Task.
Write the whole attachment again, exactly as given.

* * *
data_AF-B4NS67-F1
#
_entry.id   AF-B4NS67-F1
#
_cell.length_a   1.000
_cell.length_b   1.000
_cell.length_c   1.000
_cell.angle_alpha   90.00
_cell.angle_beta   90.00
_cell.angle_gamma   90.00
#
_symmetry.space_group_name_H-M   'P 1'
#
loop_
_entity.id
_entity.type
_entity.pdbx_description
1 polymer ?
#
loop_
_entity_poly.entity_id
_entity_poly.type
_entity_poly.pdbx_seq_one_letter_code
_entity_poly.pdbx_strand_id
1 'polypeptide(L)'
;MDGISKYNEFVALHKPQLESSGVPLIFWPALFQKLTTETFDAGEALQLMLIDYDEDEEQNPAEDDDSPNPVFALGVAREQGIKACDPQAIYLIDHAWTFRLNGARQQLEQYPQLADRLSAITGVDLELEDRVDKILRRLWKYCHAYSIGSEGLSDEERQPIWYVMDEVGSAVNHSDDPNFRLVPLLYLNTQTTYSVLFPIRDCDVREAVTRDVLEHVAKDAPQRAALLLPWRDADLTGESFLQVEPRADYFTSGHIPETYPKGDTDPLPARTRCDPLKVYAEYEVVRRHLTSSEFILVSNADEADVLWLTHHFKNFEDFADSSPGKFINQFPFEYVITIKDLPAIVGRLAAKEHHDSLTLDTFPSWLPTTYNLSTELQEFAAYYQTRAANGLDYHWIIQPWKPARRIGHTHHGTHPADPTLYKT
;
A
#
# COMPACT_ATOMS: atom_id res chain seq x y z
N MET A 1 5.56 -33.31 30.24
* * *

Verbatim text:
data_AF-B4NS67-F1
#
_entry.id   AF-B4NS67-F1
#
_cell.length_a   1.000
_cell.length_b   1.000
_cell.length_c   1.000
_cell.angle_alpha   90.00
_cell.angle_beta   90.00
_cell.angle_gamma   90.00
#
_symmetry.space_group_name_H-M   'P 1'
#
loop_
_entity.id
_entity.type
_entity.pdbx_description
1 polymer ?
#
loop_
_entity_poly.entity_id
_entity_poly.type
_entity_poly.pdbx_seq_one_letter_code
_entity_poly.pdbx_strand_id
1 'polypeptide(L)'
;MDGISKYNEFVALHKPQLESSGVPLIFWPALFQKLTTETFDAGEALQLMLIDYDEDEEQNPAEDDDSPNPVFALGVAREQGIKACDPQAIYLIDHAWTFRLNGARQQLEQYPQLADRLSAITGVDLELEDRVDKILRRLWKYCHAYSIGSEGLSDEERQPIWYVMDEVGSAVNHSDDPNFRLVPLLYLNTQTTYSVLFPIRDCDVREAVTRDVLEHVAKDAPQRAALLLPWRDADLTGESFLQVEPRADYFTSGHIPETYPKGDTDPLPARTRCDPLKVYAEYEVVRRHLTSSEFILVSNADEADVLWLTHHFKNFEDFADSSPGKFINQFPFEYVITIKDLPAIVGRLAAKEHHDSLTLDTFPSWLPTTYNLSTELQEFAAYYQTRAANGLDYHWIIQPWKPARRIGHTHHGTHPADPTLYKT
;
A
#
# COMPACT_ATOMS: atom_id res chain seq x y z
N MET A 1 5.56 -33.31 30.24